No World Series 'Unfortunate Legacy' for Retiring Mariners Pres.

Nov 29, 2013

Retiring Mariners president Chuck Armstrong did a lot for the team in his nearly three decades in the front office. But it’s what he wasn’t able to accomplish that will be his lasting legacy: get the Mariners to the World Series.

Armstrong’s retirement announcement this week comes at a time of major discontent among fans. KPLU sports commentator Art Thiel says even more change is needed at the top.

'Significant Contributions' But No World Series

Chuck Armstrong was instrumental in many Mariners milestones: the drafting of Ken Griffey, Jr., keeping the team in Seattle, the construction of Safeco Field, their first post-season appearance in 1995, acquiring Ichiro Suzuki, and the team's 116-win season in 2001.

There is one glaring omission: the Mariners have never made it to the World Series. They're only one of two teams that have not played in the Fall Classic (the other being the Washington Nationals, formerly the Montreal Expos).

"It's really been bad in the last 10 years when so much parity has happened in baseball so that many teams—many forlorn teams, many hopeless teams—have made the World Series at least once," Art said. "But the Mariners continue to be, really, almost non-competitive. And, unfortunately for Chuck, that's going to be his legacy."

Mariners' management has come under criticism after going the last 12 seasons without reaching the playoffs.

CEO Lincoln Needs to Go

According to Art, for real change to happen in the Mariners organization, CEO Howard Lincoln needs to leave.

"Howard has been the bottleneck in this thing," he said. This sentiment is echoed in a column on Sportspress Northwest

"Chuck was very well plugged into all of baseball but knowing everybody hasn't translated into wins," Art continued. 

The problem, Art said, is "Howard's lack of knowledge about baseball, and lack of understanding of the game," he said.

"It was often Chuck's charge to pick up after the mistakes that Howard made either in public relations or some other public endeavor," he said.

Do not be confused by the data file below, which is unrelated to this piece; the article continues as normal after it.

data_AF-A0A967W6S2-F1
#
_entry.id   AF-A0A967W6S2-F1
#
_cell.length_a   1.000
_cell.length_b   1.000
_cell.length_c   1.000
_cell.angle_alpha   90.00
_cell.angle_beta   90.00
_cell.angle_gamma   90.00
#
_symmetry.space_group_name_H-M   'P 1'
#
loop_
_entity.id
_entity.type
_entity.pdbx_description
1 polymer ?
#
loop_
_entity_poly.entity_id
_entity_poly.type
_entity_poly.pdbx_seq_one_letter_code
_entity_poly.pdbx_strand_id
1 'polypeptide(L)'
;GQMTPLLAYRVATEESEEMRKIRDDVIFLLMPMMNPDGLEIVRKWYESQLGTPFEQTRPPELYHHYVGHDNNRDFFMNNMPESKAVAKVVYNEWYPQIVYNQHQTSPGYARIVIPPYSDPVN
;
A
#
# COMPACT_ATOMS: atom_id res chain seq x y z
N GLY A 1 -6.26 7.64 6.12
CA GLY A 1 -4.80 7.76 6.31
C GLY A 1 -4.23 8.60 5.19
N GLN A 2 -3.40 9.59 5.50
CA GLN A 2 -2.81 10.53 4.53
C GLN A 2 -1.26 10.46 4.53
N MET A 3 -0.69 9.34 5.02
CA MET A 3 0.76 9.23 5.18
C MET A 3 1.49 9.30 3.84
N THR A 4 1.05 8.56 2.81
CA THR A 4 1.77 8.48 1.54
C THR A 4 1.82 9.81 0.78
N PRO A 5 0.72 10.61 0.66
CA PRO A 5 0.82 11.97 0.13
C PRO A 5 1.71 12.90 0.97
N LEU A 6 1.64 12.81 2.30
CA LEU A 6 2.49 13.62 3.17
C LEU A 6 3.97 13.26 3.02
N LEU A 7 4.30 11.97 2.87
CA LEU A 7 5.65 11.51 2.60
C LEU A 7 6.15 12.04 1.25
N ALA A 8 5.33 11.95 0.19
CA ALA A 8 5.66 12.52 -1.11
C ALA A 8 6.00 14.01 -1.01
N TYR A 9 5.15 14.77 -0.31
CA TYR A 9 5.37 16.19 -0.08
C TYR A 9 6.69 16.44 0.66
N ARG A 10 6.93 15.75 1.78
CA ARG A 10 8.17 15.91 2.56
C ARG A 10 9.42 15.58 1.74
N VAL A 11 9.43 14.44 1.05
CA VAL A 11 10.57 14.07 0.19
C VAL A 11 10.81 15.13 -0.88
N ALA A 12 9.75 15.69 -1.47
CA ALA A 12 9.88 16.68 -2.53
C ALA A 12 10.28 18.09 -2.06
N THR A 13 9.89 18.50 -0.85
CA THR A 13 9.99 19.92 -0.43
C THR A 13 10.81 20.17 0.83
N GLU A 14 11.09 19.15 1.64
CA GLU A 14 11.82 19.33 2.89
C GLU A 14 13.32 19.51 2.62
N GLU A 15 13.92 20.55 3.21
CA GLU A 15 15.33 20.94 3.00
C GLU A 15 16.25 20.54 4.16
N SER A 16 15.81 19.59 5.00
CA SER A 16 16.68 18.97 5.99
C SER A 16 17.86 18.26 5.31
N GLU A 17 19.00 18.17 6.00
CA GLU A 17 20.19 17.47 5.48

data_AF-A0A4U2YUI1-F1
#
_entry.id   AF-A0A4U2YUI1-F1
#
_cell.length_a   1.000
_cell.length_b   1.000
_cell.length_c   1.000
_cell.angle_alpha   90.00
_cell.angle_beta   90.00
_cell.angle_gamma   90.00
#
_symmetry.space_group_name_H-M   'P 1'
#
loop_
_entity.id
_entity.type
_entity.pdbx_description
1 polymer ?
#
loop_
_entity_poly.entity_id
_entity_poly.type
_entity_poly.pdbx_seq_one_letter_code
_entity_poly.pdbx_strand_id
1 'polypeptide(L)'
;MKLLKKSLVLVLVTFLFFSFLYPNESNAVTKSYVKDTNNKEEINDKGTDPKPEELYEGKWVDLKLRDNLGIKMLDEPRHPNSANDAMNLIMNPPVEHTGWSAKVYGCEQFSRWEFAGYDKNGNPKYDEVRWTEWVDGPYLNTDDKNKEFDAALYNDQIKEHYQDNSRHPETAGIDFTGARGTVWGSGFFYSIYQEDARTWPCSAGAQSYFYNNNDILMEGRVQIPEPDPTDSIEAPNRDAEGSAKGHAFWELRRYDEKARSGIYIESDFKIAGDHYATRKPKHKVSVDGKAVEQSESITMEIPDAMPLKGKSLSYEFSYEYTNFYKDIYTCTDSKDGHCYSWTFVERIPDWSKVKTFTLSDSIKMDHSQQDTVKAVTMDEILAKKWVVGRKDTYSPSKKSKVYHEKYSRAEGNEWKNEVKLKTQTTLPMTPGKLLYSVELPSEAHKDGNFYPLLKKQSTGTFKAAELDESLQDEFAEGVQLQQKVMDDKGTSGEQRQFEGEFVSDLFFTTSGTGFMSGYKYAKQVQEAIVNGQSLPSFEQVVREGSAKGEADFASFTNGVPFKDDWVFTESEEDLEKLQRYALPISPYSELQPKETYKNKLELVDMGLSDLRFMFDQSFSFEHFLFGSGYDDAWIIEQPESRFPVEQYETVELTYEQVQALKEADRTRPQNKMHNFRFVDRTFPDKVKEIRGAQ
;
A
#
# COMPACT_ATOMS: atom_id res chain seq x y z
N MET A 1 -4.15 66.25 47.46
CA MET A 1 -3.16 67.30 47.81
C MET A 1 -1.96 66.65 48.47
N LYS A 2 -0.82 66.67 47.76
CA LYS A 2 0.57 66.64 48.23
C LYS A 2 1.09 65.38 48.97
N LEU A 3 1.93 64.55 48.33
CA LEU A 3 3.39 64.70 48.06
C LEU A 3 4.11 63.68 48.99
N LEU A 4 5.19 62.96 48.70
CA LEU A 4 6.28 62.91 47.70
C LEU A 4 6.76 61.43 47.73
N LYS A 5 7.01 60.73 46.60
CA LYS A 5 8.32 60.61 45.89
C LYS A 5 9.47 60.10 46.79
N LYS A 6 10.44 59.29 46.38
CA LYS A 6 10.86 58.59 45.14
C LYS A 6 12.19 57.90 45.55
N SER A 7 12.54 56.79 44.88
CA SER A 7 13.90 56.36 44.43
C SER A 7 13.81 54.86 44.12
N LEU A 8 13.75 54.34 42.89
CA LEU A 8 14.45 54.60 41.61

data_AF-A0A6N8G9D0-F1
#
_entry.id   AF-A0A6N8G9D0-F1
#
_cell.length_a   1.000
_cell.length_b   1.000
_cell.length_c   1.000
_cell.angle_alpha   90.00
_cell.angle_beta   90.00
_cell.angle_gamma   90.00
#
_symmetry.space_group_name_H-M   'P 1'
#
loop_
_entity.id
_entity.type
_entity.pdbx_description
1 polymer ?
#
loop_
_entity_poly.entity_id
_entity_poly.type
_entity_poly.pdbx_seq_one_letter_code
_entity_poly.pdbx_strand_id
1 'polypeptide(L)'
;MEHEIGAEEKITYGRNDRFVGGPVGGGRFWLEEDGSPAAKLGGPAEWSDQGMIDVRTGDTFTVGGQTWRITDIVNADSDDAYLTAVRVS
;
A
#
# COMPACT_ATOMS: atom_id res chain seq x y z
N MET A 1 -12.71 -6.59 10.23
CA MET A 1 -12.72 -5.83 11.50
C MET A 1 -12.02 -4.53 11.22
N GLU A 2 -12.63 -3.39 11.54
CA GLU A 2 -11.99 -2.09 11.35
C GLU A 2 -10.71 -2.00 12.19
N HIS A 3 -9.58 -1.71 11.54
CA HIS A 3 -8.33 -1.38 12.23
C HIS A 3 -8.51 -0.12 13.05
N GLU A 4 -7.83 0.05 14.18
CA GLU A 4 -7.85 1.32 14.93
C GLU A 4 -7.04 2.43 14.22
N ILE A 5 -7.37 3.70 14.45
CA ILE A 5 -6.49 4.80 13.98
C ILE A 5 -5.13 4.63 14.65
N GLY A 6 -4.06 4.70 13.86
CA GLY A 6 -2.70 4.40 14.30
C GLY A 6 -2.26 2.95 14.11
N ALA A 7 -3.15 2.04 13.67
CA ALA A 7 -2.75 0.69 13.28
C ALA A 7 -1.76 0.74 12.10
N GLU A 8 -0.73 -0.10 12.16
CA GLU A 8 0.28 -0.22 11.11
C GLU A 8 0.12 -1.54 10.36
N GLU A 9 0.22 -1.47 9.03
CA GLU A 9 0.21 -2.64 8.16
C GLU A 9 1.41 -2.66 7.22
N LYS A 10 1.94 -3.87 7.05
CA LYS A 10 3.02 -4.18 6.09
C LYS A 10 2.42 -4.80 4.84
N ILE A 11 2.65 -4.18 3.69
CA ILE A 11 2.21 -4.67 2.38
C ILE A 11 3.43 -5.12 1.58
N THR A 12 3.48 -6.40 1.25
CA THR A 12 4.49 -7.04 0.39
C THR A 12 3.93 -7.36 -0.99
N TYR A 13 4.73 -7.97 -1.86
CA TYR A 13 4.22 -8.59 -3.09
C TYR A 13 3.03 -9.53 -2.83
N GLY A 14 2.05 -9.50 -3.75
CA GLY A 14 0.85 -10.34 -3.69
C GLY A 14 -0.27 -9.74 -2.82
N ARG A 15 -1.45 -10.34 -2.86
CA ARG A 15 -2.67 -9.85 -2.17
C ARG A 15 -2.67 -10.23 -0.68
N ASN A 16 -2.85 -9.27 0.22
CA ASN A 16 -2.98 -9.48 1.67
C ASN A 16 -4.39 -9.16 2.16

Art said Lincoln's emphasis has always been on the ballpark experience.

"There's nothing wrong with that but that's his priority first, second and third over winning baseball, and that's what fans want," he said. 

Difference Between What Team Needs, Will Get

Armstrong's departure comes at a time of great transition in the Mariners' front office. The team will have a new manager, Lloyd McClendon, next season. And majority owner Hiroshi Yamauchi died earlier this year.

Art said it's hard to tell what's going to happen next.

"Howard ran an odd ship in which Chuck was his right-hand guy, and I don't know that a baseball executive would want to assume that role," he said. "What they need is a  younger, more dynamic guy whose charge is exclusively to make the team win."

And there's one more thing: spare no expense.

"Now that they own their own regional sports network in Root Sports, the money is there," Art said. "There's still a passionate fan base, even though it dwindled to 1.6 million the last couple of years. There are a lot of people here who still want these guys win, to be successful. Despite all the criticism, it comes because people care.

"This new guy is going to have really to be able to walk a fine line between handling Howard and also providing a dynamic, exciting baseball team. I'm sure there are people out there, but I'm not sure that Howard will want to hire one."

You can find Art Thiel's work at Sportspress Northwest and Crosscut.com.